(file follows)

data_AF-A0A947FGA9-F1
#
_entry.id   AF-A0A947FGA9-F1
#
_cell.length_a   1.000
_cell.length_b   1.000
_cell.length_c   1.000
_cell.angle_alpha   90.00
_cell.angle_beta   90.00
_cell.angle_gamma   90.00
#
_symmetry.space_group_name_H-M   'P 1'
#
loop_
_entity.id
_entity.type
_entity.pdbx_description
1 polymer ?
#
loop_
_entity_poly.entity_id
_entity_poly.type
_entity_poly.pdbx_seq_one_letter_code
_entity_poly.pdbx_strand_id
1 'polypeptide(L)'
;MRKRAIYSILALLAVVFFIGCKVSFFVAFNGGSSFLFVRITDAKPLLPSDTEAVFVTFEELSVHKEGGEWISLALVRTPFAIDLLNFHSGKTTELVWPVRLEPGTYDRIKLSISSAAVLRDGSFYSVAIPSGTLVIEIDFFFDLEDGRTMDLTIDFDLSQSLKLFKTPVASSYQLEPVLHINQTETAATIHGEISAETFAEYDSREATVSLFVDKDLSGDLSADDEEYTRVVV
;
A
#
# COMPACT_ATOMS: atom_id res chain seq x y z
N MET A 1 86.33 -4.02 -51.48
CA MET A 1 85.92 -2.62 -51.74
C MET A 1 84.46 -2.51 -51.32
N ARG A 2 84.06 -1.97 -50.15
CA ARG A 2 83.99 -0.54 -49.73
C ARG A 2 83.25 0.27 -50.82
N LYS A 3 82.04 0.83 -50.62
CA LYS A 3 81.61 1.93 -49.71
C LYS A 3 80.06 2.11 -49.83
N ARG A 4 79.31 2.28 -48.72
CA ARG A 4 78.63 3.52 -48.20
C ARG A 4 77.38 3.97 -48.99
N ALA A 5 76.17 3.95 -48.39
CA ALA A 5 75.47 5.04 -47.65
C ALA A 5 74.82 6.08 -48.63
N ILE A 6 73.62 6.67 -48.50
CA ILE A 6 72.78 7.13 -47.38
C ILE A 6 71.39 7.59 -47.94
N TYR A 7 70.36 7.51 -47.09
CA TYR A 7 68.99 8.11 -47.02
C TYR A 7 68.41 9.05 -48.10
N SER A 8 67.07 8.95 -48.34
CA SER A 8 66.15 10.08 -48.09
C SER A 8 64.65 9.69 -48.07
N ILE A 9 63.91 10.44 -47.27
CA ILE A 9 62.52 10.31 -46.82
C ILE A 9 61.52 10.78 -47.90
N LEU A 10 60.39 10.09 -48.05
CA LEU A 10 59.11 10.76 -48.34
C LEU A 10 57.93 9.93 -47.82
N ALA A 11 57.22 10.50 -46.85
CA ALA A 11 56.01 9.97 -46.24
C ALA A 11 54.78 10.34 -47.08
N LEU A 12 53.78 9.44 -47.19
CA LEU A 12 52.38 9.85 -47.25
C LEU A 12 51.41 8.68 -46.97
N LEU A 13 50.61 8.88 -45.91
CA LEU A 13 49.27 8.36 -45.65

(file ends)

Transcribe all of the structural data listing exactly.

data_AF-A0A947FGA9-F1
#
_entry.id   AF-A0A947FGA9-F1
#
_cell.length_a   1.000
_cell.length_b   1.000
_cell.length_c   1.000
_cell.angle_alpha   90.00
_cell.angle_beta   90.00
_cell.angle_gamma   90.00
#
_symmetry.space_group_name_H-M   'P 1'
#
loop_
_entity.id
_entity.type
_entity.pdbx_description
1 polymer ?
#
loop_
_entity_poly.entity_id
_entity_poly.type
_entity_poly.pdbx_seq_one_letter_code
_entity_poly.pdbx_strand_id
1 'polypeptide(L)'
;MRKRAIYSILALLAVVFFIGCKVSFFVAFNGGSSFLFVRITDAKPLLPSDTEAVFVTFEELSVHKEGGEWISLALVRTPFAIDLLNFHSGKTTELVWPVRLEPGTYDRIKLSISSAAVLRDGSFYSVAIPSGTLVIEIDFFFDLEDGRTMDLTIDFDLSQSLKLFKTPVASSYQLEPVLHINQTETAATIHGEISAETFAEYDSREATVSLFVDKDLSGDLSADDEEYTRVVV
;
A
#
# COMPACT_ATOMS: atom_id res chain seq x y z
N MET A 1 86.33 -4.02 -51.48
CA MET A 1 85.92 -2.62 -51.74
C MET A 1 84.46 -2.51 -51.32
N ARG A 2 84.06 -1.97 -50.15
CA ARG A 2 83.99 -0.54 -49.73
C ARG A 2 83.25 0.27 -50.82
N LYS A 3 82.04 0.83 -50.62
CA LYS A 3 81.61 1.93 -49.71
C LYS A 3 80.06 2.11 -49.83
N ARG A 4 79.31 2.28 -48.72
CA ARG A 4 78.63 3.52 -48.20
C ARG A 4 77.38 3.97 -48.99
N ALA A 5 76.17 3.95 -48.39
CA ALA A 5 75.47 5.04 -47.65
C ALA A 5 74.82 6.08 -48.63
N ILE A 6 73.62 6.67 -48.50
CA ILE A 6 72.78 7.13 -47.38
C ILE A 6 71.39 7.59 -47.94
N TYR A 7 70.36 7.51 -47.09
CA TYR A 7 68.99 8.11 -47.02
C TYR A 7 68.41 9.05 -48.10
N SER A 8 67.07 8.95 -48.34
CA SER A 8 66.15 10.08 -48.09
C SER A 8 64.65 9.69 -48.07
N ILE A 9 63.91 10.44 -47.27
CA ILE A 9 62.52 10.31 -46.82
C ILE A 9 61.52 10.78 -47.90
N LEU A 10 60.39 10.09 -48.05
CA LEU A 10 59.11 10.76 -48.34
C LEU A 10 57.93 9.93 -47.82
N ALA A 11 57.22 10.50 -46.85
CA ALA A 11 56.01 9.97 -46.24
C ALA A 11 54.78 10.34 -47.08
N LEU A 12 53.78 9.44 -47.19
CA LEU A 12 52.38 9.85 -47.25
C LEU A 12 51.41 8.68 -46.97
N LEU A 13 50.61 8.88 -45.91
CA LEU A 13 49.27 8.36 -45.65